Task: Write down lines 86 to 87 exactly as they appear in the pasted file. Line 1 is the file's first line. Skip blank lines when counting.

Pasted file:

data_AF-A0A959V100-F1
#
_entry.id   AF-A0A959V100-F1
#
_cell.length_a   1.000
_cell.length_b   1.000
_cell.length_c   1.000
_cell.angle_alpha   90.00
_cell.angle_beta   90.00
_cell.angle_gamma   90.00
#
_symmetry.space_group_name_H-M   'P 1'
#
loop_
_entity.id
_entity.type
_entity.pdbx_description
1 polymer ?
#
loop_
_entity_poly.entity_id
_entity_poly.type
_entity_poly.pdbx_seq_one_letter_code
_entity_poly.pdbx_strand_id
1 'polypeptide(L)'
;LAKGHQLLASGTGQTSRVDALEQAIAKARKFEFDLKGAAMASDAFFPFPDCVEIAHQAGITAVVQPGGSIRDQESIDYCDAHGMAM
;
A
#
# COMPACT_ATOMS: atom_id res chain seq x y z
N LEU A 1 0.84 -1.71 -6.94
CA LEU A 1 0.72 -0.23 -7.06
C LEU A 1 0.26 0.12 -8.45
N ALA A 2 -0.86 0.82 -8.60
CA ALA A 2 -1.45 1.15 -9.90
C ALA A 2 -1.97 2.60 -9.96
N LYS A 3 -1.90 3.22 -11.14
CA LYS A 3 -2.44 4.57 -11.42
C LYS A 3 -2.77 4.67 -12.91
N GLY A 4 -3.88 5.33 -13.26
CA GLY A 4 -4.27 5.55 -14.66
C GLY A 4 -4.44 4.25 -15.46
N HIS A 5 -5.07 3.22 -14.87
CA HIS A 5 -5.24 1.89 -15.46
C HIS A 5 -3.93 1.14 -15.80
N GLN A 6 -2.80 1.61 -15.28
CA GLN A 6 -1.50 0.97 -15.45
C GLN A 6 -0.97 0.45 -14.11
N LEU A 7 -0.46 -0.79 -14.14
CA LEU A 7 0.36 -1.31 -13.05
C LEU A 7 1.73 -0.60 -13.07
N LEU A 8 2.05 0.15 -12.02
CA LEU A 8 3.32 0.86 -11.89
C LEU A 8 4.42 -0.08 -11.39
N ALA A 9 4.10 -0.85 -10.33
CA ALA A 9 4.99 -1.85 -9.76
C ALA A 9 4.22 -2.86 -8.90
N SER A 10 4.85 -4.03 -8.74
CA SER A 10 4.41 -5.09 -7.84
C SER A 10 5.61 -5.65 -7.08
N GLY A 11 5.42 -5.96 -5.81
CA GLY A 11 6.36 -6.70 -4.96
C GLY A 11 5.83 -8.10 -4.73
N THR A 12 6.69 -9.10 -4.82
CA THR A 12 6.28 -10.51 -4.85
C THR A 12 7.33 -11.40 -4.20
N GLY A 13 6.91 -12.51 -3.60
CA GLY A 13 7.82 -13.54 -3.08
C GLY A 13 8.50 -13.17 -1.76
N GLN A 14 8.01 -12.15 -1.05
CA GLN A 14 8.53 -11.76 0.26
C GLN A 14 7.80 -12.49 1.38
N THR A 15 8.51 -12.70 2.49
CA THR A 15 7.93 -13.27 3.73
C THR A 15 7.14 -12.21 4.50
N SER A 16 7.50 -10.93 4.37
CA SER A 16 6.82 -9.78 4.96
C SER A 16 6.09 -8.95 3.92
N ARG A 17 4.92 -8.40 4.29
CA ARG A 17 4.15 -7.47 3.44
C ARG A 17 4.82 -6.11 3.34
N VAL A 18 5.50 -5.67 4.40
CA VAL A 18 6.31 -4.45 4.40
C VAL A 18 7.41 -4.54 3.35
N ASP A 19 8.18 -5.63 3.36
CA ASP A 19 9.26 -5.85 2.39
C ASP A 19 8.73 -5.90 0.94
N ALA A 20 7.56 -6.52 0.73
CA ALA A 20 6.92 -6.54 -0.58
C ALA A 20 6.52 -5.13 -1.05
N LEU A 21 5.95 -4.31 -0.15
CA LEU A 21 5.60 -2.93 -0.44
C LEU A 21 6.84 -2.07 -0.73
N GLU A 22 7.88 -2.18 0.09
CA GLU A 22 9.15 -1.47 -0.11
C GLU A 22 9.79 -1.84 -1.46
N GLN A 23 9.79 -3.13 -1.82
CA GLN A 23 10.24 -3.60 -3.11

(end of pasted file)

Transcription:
CA ASP A 19 9.26 -5.85 2.39
C ASP A 19 8.73 -5.90 0.94